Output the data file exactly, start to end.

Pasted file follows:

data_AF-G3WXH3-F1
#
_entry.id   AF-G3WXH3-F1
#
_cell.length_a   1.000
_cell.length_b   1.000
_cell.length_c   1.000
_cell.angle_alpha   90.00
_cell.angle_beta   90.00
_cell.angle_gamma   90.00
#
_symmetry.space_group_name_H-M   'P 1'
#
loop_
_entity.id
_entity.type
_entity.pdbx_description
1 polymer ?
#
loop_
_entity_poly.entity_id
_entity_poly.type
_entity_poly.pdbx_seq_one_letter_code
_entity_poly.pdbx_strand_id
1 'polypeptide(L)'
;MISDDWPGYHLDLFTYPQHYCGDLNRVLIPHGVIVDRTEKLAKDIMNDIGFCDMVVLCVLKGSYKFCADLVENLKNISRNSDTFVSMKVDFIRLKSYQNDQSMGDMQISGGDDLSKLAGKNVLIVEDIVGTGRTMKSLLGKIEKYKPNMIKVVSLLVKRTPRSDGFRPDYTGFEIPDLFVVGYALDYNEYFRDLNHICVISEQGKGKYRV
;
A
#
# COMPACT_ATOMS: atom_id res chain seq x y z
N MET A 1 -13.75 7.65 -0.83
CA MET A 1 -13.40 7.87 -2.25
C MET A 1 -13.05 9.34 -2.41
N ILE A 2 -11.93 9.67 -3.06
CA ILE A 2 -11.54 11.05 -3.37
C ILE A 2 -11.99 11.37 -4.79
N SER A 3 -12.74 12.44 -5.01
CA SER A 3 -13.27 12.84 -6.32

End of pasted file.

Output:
data_AF-G3WXH3-F1
#
_entry.id   AF-G3WXH3-F1
#
_cell.length_a   1.000
_cell.length_b   1.000
_cell.length_c   1.000
_cell.angle_alpha   90.00
_cell.angle_beta   90.00
_cell.angle_gamma   90.00
#
_symmetry.space_group_name_H-M   'P 1'
#
loop_
_entity.id
_entity.type
_entity.pdbx_description
1 polymer ?
#
loop_
_entity_poly.entity_id
_entity_poly.type
_entity_poly.pdbx_seq_one_letter_code
_entity_poly.pdbx_strand_id
1 'polypeptide(L)'
;MISDDWPGYHLDLFTYPQHYCGDLNRVLIPHGVIVDRTEKLAKDIMNDIGFCDMVVLCVLKGSYKFCADLVENLKNISRNSDTFVSMKVDFIRLKSYQNDQSMGDMQISGGDDLSKLAGKNVLIVEDIVGTGRTMKSLLGKIEKYKPNMIKVVSLLVKRTPRSDGFRPDYTGFEIPDLFVVGYALDYNEYFRDLNHICVISEQGKGKYRV
;
A
#
# COMPACT_ATOMS: atom_id res chain seq x y z
N MET A 1 -13.75 7.65 -0.83
CA MET A 1 -13.40 7.87 -2.25
C MET A 1 -13.05 9.34 -2.41
N ILE A 2 -11.93 9.67 -3.06
CA ILE A 2 -11.54 11.05 -3.37
C ILE A 2 -11.99 11.37 -4.79
N SER A 3 -12.74 12.44 -5.01
CA SER A 3 -13.27 12.84 -6.32